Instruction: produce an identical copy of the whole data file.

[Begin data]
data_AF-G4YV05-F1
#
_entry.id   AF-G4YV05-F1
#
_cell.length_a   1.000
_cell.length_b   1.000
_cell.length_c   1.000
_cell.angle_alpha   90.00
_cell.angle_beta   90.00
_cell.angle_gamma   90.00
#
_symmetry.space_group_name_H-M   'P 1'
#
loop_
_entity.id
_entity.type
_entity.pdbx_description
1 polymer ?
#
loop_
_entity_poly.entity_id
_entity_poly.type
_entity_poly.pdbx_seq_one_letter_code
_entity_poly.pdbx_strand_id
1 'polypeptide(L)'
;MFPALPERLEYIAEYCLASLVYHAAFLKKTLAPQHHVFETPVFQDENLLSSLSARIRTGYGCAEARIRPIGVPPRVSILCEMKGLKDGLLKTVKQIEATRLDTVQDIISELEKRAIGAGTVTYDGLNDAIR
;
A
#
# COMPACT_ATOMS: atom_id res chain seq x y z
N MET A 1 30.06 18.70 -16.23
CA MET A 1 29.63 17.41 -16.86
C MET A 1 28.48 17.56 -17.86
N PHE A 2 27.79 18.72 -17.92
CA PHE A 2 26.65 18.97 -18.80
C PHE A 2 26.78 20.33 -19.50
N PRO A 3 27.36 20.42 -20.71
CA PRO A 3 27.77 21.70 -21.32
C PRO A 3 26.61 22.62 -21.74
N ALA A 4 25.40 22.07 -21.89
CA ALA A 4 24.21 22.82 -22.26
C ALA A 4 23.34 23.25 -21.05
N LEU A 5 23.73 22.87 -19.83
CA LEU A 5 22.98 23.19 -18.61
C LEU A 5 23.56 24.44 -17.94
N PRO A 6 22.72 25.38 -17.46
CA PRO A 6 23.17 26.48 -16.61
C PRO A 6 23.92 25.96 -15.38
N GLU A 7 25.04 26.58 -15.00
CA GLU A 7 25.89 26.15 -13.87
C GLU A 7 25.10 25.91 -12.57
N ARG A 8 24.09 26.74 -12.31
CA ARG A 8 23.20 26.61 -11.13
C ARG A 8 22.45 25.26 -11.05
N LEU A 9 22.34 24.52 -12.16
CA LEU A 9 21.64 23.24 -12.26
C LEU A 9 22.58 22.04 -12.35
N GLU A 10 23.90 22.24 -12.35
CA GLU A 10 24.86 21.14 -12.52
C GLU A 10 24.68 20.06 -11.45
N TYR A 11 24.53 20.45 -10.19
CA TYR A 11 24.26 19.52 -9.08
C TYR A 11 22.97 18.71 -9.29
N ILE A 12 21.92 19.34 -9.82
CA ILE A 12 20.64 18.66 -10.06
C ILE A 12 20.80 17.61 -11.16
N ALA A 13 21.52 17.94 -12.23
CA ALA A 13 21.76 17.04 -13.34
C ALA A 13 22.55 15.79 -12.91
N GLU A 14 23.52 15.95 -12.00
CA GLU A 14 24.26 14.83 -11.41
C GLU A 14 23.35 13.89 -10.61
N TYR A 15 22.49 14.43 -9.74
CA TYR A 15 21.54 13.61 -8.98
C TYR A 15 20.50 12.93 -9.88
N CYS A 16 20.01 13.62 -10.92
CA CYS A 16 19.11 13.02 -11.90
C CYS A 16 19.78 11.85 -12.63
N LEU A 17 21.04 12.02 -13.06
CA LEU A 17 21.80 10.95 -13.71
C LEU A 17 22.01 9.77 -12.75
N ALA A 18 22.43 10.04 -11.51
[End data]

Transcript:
data_AF-G4YV05-F1
#
_entry.id   AF-G4YV05-F1
#
_cell.length_a   1.000
_cell.length_b   1.000
_cell.length_c   1.000
_cell.angle_alpha   90.00
_cell.angle_beta   90.00
_cell.angle_gamma   90.00
#
_symmetry.space_group_name_H-M   'P 1'
#
loop_
_entity.id
_entity.type
_entity.pdbx_description
1 polymer ?
#
loop_
_entity_poly.entity_id
_entity_poly.type
_entity_poly.pdbx_seq_one_letter_code
_entity_poly.pdbx_strand_id
1 'polypeptide(L)'
;MFPALPERLEYIAEYCLASLVYHAAFLKKTLAPQHHVFETPVFQDENLLSSLSARIRTGYGCAEARIRPIGVPPRVSILCEMKGLKDGLLKTVKQIEATRLDTVQDIISELEKRAIGAGTVTYDGLNDAIR
;
A
#
# COMPACT_ATOMS: atom_id res chain seq x y z
N MET A 1 30.06 18.70 -16.23
CA MET A 1 29.63 17.41 -16.86
C MET A 1 28.48 17.56 -17.86
N PHE A 2 27.79 18.72 -17.92
CA PHE A 2 26.65 18.97 -18.80
C PHE A 2 26.78 20.33 -19.50
N PRO A 3 27.36 20.42 -20.71
CA PRO A 3 27.77 21.70 -21.32
C PRO A 3 26.61 22.62 -21.74
N ALA A 4 25.40 22.07 -21.89
CA ALA A 4 24.21 22.82 -22.26
C ALA A 4 23.34 23.25 -21.05
N LEU A 5 23.73 22.87 -19.83
CA LEU A 5 22.98 23.19 -18.61
C LEU A 5 23.56 24.44 -17.94
N PRO A 6 22.72 25.38 -17.46
CA PRO A 6 23.17 26.48 -16.61
C PRO A 6 23.92 25.96 -15.38
N GLU A 7 25.04 26.58 -15.00
CA GLU A 7 25.89 26.15 -13.87
C GLU A 7 25.10 25.91 -12.57
N ARG A 8 24.09 26.74 -12.31
CA ARG A 8 23.20 26.61 -11.13
C ARG A 8 22.45 25.26 -11.05
N LEU A 9 22.34 24.52 -12.16
CA LEU A 9 21.64 23.24 -12.26
C LEU A 9 22.58 22.04 -12.35
N GLU A 10 23.90 22.24 -12.35
CA GLU A 10 24.86 21.14 -12.52
C GLU A 10 24.68 20.06 -11.45
N TYR A 11 24.53 20.45 -10.19
CA TYR A 11 24.26 19.52 -9.08
C TYR A 11 22.97 18.71 -9.29
N ILE A 12 21.92 19.34 -9.82
CA ILE A 12 20.64 18.66 -10.06
C ILE A 12 20.80 17.61 -11.16
N ALA A 13 21.52 17.94 -12.23
CA ALA A 13 21.76 17.04 -13.34
C ALA A 13 22.55 15.79 -12.91
N GLU A 14 23.52 15.95 -12.00
CA GLU A 14 24.26 14.83 -11.41
C GLU A 14 23.35 13.89 -10.61
N TYR A 15 22.49 14.43 -9.74
CA TYR A 15 21.54 13.61 -8.98
C TYR A 15 20.50 12.93 -9.88
N CYS A 16 20.01 13.62 -10.92
CA CYS A 16 19.11 13.02 -11.90
C CYS A 16 19.78 11.85 -12.63
N LEU A 17 21.04 12.02 -13.06
CA LEU A 17 21.80 10.95 -13.71
C LEU A 17 22.01 9.77 -12.75
N ALA A 18 22.43 10.04 -11.51